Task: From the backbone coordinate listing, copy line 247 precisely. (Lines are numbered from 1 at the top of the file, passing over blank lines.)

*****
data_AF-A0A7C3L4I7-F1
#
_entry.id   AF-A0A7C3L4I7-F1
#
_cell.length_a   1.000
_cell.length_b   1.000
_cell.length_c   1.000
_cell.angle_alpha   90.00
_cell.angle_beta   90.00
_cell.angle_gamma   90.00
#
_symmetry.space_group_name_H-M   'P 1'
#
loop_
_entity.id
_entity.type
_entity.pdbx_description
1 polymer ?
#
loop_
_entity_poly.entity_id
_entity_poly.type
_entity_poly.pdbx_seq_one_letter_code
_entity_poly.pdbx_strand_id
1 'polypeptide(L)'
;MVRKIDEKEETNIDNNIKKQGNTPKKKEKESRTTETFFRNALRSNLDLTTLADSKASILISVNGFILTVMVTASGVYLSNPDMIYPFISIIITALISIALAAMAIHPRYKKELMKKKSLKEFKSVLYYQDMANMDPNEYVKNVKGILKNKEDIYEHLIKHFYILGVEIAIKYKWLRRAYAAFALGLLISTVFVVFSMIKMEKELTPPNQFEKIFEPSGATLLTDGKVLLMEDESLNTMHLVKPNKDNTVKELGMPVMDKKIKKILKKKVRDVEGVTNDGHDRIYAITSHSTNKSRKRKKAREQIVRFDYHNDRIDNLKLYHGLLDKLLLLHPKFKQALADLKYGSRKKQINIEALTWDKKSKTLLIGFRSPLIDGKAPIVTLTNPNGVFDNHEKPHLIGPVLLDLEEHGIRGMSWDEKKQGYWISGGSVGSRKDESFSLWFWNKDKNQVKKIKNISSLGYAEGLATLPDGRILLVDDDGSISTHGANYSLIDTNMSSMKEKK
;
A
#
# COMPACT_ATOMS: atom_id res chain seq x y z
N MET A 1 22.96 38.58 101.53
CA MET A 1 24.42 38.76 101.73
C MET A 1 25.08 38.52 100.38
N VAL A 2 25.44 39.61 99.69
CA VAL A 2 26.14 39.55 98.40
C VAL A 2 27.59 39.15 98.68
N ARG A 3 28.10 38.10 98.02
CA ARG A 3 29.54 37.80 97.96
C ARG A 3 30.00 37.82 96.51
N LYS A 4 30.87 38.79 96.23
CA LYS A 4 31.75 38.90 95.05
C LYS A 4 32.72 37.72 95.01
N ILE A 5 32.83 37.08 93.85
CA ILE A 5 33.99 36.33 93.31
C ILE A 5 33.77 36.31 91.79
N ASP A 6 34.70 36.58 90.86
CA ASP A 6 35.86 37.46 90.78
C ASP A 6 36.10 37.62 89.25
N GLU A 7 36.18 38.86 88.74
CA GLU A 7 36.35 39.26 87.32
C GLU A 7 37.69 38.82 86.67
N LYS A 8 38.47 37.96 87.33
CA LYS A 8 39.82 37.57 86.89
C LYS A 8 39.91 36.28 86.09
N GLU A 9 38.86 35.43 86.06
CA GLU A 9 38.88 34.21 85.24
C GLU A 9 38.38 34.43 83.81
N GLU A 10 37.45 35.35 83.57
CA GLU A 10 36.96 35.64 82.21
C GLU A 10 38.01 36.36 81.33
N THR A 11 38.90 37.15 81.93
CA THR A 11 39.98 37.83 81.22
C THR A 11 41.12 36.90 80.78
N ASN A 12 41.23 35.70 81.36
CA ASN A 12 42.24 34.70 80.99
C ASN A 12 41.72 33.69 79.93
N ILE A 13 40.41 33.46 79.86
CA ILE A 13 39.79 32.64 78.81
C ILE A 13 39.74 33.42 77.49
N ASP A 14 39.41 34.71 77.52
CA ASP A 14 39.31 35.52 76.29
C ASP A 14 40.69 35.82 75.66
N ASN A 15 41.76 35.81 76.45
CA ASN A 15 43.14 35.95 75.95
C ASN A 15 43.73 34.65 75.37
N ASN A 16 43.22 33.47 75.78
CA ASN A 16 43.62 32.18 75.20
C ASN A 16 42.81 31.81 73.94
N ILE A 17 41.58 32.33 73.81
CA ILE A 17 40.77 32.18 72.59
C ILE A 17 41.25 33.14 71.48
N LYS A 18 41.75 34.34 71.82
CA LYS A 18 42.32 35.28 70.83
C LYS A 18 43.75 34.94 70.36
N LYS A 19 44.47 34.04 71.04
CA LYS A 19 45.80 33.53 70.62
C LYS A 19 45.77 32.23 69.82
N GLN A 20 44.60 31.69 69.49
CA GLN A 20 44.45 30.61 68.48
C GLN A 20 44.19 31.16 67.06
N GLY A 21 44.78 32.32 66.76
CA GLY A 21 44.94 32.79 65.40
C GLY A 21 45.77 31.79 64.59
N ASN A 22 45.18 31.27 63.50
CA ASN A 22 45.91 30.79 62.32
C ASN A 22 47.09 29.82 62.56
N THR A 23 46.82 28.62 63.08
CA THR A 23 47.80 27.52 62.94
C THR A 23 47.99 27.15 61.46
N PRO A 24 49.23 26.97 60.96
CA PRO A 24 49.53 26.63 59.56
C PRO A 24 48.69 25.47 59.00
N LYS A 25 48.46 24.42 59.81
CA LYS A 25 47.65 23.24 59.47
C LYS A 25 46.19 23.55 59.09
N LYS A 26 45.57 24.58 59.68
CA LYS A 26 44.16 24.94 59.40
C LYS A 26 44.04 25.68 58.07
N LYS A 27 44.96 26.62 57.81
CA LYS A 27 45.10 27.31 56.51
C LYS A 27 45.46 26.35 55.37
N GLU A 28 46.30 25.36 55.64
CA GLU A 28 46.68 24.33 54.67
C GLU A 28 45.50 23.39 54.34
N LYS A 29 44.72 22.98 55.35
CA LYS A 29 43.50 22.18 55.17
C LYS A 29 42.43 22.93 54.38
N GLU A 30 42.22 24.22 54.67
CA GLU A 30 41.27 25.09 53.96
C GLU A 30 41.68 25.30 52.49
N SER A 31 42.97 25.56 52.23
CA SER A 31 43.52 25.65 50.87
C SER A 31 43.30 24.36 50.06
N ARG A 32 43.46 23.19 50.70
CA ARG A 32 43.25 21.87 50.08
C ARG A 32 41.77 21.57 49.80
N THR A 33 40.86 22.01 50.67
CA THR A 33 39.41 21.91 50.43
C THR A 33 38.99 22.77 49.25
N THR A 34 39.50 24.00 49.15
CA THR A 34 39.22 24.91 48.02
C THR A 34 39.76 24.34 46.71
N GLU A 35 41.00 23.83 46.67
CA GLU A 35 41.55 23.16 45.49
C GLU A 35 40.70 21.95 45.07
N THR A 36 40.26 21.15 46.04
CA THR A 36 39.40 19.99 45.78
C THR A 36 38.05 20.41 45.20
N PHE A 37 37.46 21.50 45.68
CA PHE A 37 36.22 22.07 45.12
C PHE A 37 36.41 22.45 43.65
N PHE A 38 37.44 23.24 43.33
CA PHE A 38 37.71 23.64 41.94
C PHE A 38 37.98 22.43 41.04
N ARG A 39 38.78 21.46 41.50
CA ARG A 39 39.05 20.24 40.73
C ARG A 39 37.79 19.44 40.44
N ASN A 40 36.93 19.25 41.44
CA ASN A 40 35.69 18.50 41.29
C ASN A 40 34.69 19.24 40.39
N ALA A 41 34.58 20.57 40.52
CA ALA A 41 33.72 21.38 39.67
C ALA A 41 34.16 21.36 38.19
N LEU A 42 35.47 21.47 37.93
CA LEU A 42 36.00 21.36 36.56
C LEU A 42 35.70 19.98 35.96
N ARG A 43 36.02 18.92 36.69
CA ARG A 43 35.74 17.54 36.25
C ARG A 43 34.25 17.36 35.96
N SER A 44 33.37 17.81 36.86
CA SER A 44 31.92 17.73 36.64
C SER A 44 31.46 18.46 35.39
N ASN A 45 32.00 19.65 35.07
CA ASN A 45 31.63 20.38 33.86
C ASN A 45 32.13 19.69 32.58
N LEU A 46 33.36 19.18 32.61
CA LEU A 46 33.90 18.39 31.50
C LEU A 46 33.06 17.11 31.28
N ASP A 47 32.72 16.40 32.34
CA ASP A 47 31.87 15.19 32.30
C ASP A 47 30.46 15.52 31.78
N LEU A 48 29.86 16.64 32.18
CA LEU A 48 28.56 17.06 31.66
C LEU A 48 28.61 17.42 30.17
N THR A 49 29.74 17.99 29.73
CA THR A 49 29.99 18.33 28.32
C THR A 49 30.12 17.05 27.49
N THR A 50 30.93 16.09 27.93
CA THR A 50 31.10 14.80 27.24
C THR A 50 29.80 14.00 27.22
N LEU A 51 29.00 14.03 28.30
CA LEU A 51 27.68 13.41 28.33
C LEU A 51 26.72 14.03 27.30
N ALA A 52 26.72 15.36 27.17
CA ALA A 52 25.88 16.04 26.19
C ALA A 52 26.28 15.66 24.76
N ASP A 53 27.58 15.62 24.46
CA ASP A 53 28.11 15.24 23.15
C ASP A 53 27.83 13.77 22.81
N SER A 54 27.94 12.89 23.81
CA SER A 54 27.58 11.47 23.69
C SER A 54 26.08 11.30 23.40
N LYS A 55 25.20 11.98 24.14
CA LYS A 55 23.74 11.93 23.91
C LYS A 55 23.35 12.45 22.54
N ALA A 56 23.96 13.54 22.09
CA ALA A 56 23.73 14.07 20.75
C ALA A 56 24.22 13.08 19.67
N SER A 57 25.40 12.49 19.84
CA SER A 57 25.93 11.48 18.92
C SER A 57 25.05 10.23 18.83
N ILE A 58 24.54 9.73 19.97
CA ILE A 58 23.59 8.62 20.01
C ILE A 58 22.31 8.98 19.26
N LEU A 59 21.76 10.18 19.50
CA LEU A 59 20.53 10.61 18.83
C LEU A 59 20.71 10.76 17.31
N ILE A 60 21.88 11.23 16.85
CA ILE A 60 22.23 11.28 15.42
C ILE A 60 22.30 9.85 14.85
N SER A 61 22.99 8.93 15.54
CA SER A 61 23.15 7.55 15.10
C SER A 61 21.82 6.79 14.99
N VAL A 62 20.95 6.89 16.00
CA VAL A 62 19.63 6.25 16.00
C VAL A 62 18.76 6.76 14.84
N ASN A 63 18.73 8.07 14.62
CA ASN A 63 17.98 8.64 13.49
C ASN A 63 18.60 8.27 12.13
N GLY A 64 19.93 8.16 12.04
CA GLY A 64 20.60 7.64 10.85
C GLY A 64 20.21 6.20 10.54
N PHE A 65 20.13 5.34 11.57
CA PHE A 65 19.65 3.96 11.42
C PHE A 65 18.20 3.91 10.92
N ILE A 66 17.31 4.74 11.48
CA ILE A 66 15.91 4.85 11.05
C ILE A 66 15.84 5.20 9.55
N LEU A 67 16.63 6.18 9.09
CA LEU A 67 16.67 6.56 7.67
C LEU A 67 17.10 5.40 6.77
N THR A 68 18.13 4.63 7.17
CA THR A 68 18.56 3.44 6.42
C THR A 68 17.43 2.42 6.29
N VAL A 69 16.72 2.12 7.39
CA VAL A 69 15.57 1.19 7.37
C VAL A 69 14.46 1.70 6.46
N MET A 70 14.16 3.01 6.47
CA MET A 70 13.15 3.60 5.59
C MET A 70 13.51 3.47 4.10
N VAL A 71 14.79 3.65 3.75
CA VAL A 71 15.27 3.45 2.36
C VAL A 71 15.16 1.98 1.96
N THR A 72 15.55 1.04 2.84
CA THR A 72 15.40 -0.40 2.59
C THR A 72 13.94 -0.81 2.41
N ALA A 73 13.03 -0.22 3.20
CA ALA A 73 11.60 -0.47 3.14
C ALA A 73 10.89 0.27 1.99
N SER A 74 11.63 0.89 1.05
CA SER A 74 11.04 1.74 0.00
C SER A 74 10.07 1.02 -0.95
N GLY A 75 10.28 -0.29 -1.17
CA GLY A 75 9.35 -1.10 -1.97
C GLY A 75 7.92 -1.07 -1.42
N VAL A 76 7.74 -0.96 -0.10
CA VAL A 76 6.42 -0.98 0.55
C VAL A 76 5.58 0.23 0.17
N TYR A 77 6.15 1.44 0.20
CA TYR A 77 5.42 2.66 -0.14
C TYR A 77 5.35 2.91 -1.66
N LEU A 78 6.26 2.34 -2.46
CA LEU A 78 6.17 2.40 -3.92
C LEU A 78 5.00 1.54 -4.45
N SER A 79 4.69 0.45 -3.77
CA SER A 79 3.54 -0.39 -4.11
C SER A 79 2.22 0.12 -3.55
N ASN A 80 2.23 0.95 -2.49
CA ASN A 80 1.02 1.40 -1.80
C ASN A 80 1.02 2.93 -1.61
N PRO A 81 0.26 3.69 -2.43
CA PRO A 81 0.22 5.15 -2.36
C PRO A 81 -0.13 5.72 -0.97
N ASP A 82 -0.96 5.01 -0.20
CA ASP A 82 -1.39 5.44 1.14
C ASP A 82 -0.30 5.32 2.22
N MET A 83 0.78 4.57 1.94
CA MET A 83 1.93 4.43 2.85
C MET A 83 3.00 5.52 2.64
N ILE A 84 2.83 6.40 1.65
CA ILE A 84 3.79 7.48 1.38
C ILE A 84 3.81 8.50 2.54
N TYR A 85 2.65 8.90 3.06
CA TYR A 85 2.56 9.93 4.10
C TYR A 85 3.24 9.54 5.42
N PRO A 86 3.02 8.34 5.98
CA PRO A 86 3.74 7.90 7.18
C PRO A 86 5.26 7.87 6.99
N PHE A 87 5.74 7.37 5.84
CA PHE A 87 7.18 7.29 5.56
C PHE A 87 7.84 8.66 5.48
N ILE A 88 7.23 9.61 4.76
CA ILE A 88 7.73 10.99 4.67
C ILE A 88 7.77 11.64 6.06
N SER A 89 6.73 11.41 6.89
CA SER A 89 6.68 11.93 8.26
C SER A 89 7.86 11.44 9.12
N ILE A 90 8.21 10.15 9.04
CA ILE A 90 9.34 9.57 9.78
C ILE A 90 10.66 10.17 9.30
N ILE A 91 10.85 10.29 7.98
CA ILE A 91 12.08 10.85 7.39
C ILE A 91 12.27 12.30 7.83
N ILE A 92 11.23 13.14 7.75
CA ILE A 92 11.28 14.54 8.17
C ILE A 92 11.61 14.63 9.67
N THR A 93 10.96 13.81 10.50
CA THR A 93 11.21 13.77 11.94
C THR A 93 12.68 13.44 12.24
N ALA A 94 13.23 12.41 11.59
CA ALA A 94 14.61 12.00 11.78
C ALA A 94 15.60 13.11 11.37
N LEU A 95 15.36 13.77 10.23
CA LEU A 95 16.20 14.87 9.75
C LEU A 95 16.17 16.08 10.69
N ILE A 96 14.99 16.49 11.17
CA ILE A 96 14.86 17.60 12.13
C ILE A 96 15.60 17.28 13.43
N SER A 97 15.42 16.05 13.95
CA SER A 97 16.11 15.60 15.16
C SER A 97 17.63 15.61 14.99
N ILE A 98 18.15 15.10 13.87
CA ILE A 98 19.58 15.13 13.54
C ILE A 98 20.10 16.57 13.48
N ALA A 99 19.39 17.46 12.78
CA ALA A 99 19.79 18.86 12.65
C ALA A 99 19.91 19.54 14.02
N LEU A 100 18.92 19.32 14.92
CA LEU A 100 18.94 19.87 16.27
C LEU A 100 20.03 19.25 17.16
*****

N ALA A 73 13.03 -0.22 3.20